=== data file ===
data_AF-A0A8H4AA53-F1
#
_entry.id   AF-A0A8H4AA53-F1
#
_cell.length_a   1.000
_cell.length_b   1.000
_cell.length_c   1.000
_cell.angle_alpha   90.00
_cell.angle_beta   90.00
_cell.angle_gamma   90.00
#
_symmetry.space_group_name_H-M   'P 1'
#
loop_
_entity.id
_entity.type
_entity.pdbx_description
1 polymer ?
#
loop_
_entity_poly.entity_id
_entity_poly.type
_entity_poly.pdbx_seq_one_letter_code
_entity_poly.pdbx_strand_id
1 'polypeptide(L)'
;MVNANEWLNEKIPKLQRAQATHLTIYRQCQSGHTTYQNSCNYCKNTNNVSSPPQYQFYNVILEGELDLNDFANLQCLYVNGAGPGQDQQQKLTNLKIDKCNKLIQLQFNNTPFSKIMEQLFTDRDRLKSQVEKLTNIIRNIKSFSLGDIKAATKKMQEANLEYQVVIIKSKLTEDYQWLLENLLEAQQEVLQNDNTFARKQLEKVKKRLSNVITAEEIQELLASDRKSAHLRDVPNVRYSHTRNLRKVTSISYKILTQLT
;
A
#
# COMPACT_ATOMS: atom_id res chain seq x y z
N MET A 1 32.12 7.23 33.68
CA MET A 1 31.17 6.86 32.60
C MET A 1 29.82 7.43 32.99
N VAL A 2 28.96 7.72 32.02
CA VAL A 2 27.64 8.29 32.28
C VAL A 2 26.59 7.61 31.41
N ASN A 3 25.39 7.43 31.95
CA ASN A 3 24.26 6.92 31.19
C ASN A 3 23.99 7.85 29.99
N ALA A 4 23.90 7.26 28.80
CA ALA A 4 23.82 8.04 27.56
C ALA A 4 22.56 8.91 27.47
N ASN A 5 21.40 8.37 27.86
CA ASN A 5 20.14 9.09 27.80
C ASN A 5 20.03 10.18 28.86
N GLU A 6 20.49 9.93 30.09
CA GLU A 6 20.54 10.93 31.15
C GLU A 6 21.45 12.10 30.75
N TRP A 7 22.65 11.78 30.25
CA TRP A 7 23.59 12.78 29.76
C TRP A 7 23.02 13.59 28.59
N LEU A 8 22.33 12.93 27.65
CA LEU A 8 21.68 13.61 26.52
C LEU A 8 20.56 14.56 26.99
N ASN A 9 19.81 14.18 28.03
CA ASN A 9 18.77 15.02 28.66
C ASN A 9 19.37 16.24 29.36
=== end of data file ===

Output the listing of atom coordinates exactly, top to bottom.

data_AF-A0A8H4AA53-F1
#
_entry.id   AF-A0A8H4AA53-F1
#
_cell.length_a   1.000
_cell.length_b   1.000
_cell.length_c   1.000
_cell.angle_alpha   90.00
_cell.angle_beta   90.00
_cell.angle_gamma   90.00
#
_symmetry.space_group_name_H-M   'P 1'
#
loop_
_entity.id
_entity.type
_entity.pdbx_description
1 polymer ?
#
loop_
_entity_poly.entity_id
_entity_poly.type
_entity_poly.pdbx_seq_one_letter_code
_entity_poly.pdbx_strand_id
1 'polypeptide(L)'
;MVNANEWLNEKIPKLQRAQATHLTIYRQCQSGHTTYQNSCNYCKNTNNVSSPPQYQFYNVILEGELDLNDFANLQCLYVNGAGPGQDQQQKLTNLKIDKCNKLIQLQFNNTPFSKIMEQLFTDRDRLKSQVEKLTNIIRNIKSFSLGDIKAATKKMQEANLEYQVVIIKSKLTEDYQWLLENLLEAQQEVLQNDNTFARKQLEKVKKRLSNVITAEEIQELLASDRKSAHLRDVPNVRYSHTRNLRKVTSISYKILTQLT
;
A
#
# COMPACT_ATOMS: atom_id res chain seq x y z
N MET A 1 32.12 7.23 33.68
CA MET A 1 31.17 6.86 32.60
C MET A 1 29.82 7.43 32.99
N VAL A 2 28.96 7.72 32.02
CA VAL A 2 27.64 8.29 32.28
C VAL A 2 26.59 7.61 31.41
N ASN A 3 25.39 7.43 31.95
CA ASN A 3 24.26 6.92 31.19
C ASN A 3 23.99 7.85 29.99
N ALA A 4 23.90 7.26 28.80
CA ALA A 4 23.82 8.04 27.56
C ALA A 4 22.56 8.91 27.47
N ASN A 5 21.40 8.37 27.86
CA ASN A 5 20.14 9.09 27.80
C ASN A 5 20.03 10.18 28.86
N GLU A 6 20.49 9.93 30.09
CA GLU A 6 20.54 10.93 31.15
C GLU A 6 21.45 12.10 30.75
N TRP A 7 22.65 11.78 30.25
CA TRP A 7 23.59 12.78 29.76
C TRP A 7 23.02 13.59 28.59
N LEU A 8 22.33 12.93 27.65
CA LEU A 8 21.68 13.61 26.52
C LEU A 8 20.56 14.56 26.99
N ASN A 9 19.81 14.18 28.03
CA ASN A 9 18.77 15.02 28.66
C ASN A 9 19.37 16.24 29.36